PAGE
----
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Drug interactions and pharmacokinetics news

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Potential drug interactions among people with HIV taking statins

Drug interactions remain a potential problem for HIV-positive people who are treated with statins, according to research published in the December issue of the Journal of the American Heart

Published
09 January 2019
By
Michael Carter
Italian study shows growth in heart and kidney problems in people living with HIV

Reduced kidney function, high blood pressure and cardiovascular disease have each become more common in a large cohort of Italians living with HIV followed since 2004, with

Published
28 December 2018
By
Keith Alcorn
Transgender women taking PrEP have lower levels of PrEP drugs, especially in rectal tissues, than cisgender men

A study presented at last month’s HIV Research for Prevention conference (HIVR4P) in Madrid shows that transgender women who are taking feminising hormones and also taking pre-exposure

Published
09 November 2018
By
Gus Cairns
The long tail of injectable PrEP is especially long for women

Around four in ten women and one in ten men taking injectable cabotegravir as pre-exposure prophylaxis (PrEP) still have evidence of the drug in their body around

Published
25 October 2018
By
Roger Pebody
Many people take drugs that interfere with their blood pressure pills

People who take pills to lower their blood pressure often take other drugs that reduce the pills’ effectiveness, a recent study suggests.

Published
22 August 2018
From
Reuters
PrEP does not lower feminising hormone level in transgender women

Using Truvada (tenofovir DF/emtricitabine) for HIV prevention does not lower levels of feminising hormones, offering reassurance for transgender women who are concerned about drug interactions, according to a

Published
25 July 2018
By
Liz Highleyman
Darunavir boosted with cobicistat: avoid use in pregnancy due to risk of treatment failure and maternal-to-child transmission of HIV-1

New pharmacokinetic data show mean exposure of darunavir (brand name Prezista) boosted with cobicistat (available in combination in Rezolsta, Symtuza) to be lower during the second and third trimesters of pregnancy than during 6–12 weeks postpartum. Low darunavir exposure may be associated with an increased risk of treatment failure and an increased risk of HIV-1 transmission to the unborn child.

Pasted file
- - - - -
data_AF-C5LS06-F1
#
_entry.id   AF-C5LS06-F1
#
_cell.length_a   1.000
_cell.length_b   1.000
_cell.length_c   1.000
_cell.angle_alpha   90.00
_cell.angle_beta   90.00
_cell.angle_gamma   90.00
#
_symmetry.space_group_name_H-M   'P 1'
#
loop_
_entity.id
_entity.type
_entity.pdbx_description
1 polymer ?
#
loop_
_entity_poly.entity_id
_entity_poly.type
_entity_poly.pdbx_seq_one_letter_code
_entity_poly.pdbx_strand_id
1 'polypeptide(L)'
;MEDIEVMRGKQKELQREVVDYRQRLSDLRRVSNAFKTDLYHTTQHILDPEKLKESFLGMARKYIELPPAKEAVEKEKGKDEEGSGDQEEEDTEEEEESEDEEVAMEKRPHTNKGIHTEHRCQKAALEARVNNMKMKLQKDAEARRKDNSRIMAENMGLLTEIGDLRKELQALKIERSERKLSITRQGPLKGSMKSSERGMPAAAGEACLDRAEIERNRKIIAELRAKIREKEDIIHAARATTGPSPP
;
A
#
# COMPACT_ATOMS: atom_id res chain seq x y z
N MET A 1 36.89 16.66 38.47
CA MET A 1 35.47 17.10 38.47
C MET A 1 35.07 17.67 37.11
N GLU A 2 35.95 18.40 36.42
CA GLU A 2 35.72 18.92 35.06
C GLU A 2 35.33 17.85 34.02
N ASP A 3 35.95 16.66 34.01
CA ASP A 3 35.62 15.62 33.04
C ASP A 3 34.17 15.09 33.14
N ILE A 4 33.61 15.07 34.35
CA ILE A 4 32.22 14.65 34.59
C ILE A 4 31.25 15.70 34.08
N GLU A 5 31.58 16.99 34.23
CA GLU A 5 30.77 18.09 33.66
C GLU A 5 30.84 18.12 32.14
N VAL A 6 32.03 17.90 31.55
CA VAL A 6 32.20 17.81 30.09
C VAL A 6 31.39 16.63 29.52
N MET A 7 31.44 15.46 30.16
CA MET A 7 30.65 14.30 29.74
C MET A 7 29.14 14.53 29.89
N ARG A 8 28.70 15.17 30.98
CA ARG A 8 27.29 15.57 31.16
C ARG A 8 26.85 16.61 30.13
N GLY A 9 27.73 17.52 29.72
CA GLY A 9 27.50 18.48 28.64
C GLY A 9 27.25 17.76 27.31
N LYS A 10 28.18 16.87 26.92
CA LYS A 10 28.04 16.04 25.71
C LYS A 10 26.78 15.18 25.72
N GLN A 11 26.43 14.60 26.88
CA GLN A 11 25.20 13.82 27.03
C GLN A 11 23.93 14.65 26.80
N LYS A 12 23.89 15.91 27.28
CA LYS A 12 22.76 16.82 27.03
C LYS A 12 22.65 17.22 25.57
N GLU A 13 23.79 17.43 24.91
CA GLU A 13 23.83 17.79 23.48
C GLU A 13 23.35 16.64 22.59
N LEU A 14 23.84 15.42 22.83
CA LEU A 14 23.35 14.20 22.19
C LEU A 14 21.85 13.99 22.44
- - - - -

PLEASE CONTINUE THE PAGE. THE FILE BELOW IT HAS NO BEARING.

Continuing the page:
Published
18 July 2018
From
MHRA
Closer Monitoring Recommended for Older Patients Treated With Dolutegravir for HIV

The maximum concentration of the integrase inhibitor dolutegravir (DTG) was significantly higher in people living with HIV who are more than 60 years old compared with younger individuals, according to new findings published in Clinical Infectious Diseases.There have been recent concerns about DTG-related neuropsychiatric toxicity, especially among older patients with HIV.

Published
11 June 2018
From
Infectious Disease Advisor
FDA says Prezcobix should not be given to pregnant women

Darunavir/cobicistat — marketed as Prezcobix (Janssen) in the United States — should not be given to pregnant women with HIV because of substantially lower exposures of the two medications during pregnancy, the FDA said. The agency updated the label for the once-daily, fixed-dose tablet to reflect the change, which it said was based on data from a small clinical trial involving pregnant women.

Published
11 June 2018
From
Healio (requires free registration)
Potential interactions between ART and other medications present in over half of older HIV-positive people

Over half of older HIV-positive people are at risk of experiencing an interaction between their anti-HIV drugs and medications taken for the treatment of non-HIV-related

Published
31 May 2018
By
Michael Carter
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Community Consensus Statement on Access to HIV Treatment and its Use for Prevention

Together, we can make it happen

We can end HIV soon if people have equal access to HIV drugs as treatment and as PrEP, and have free choice over whether to take them.

Launched today, the Community Consensus Statement is a basic set of principles aimed at making sure that happens.

The Community Consensus Statement is a joint initiative of AVAC, EATG, MSMGF, GNP+, HIV i-Base, the International HIV/AIDS Alliance, ITPC and NAM/aidsmap
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This content was checked for accuracy at the time it was written. It may have been superseded by more recent developments. NAM recommends checking whether this is the most current information when making decisions that may affect your health.

NAM’s information is intended to support, rather than replace, consultation with a healthcare professional. Talk to your doctor or another member of your healthcare team for advice tailored to your situation.